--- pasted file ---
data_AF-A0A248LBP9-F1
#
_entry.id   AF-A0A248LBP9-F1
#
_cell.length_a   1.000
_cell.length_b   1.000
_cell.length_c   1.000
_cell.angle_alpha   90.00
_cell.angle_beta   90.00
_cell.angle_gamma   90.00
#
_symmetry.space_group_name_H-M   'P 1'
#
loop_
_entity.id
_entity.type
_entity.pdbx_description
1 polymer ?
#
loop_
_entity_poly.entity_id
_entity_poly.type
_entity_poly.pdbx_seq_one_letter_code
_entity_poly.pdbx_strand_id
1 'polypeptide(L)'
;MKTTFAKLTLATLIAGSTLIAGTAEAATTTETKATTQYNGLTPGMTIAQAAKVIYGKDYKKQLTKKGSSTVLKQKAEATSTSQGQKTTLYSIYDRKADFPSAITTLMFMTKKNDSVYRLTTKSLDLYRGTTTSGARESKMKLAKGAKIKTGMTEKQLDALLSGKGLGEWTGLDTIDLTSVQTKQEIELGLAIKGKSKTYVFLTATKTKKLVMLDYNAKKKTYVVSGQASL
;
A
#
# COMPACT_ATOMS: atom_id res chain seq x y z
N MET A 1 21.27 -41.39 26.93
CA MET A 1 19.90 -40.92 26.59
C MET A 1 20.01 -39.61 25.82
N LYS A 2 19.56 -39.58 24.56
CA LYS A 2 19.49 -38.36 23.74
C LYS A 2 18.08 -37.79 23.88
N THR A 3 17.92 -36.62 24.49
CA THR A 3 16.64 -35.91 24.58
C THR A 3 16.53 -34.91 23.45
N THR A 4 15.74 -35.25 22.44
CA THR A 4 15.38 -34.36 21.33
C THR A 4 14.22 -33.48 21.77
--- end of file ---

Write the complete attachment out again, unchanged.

data_AF-A0A248LBP9-F1
#
_entry.id   AF-A0A248LBP9-F1
#
_cell.length_a   1.000
_cell.length_b   1.000
_cell.length_c   1.000
_cell.angle_alpha   90.00
_cell.angle_beta   90.00
_cell.angle_gamma   90.00
#
_symmetry.space_group_name_H-M   'P 1'
#
loop_
_entity.id
_entity.type
_entity.pdbx_description
1 polymer ?
#
loop_
_entity_poly.entity_id
_entity_poly.type
_entity_poly.pdbx_seq_one_letter_code
_entity_poly.pdbx_strand_id
1 'polypeptide(L)'
;MKTTFAKLTLATLIAGSTLIAGTAEAATTTETKATTQYNGLTPGMTIAQAAKVIYGKDYKKQLTKKGSSTVLKQKAEATSTSQGQKTTLYSIYDRKADFPSAITTLMFMTKKNDSVYRLTTKSLDLYRGTTTSGARESKMKLAKGAKIKTGMTEKQLDALLSGKGLGEWTGLDTIDLTSVQTKQEIELGLAIKGKSKTYVFLTATKTKKLVMLDYNAKKKTYVVSGQASL
;
A
#
# COMPACT_ATOMS: atom_id res chain seq x y z
N MET A 1 21.27 -41.39 26.93
CA MET A 1 19.90 -40.92 26.59
C MET A 1 20.01 -39.61 25.82
N LYS A 2 19.56 -39.58 24.56
CA LYS A 2 19.49 -38.36 23.74
C LYS A 2 18.08 -37.79 23.88
N THR A 3 17.92 -36.62 24.49
CA THR A 3 16.64 -35.91 24.58
C THR A 3 16.53 -34.91 23.45
N THR A 4 15.74 -35.25 22.44
CA THR A 4 15.38 -34.36 21.33
C THR A 4 14.22 -33.48 21.77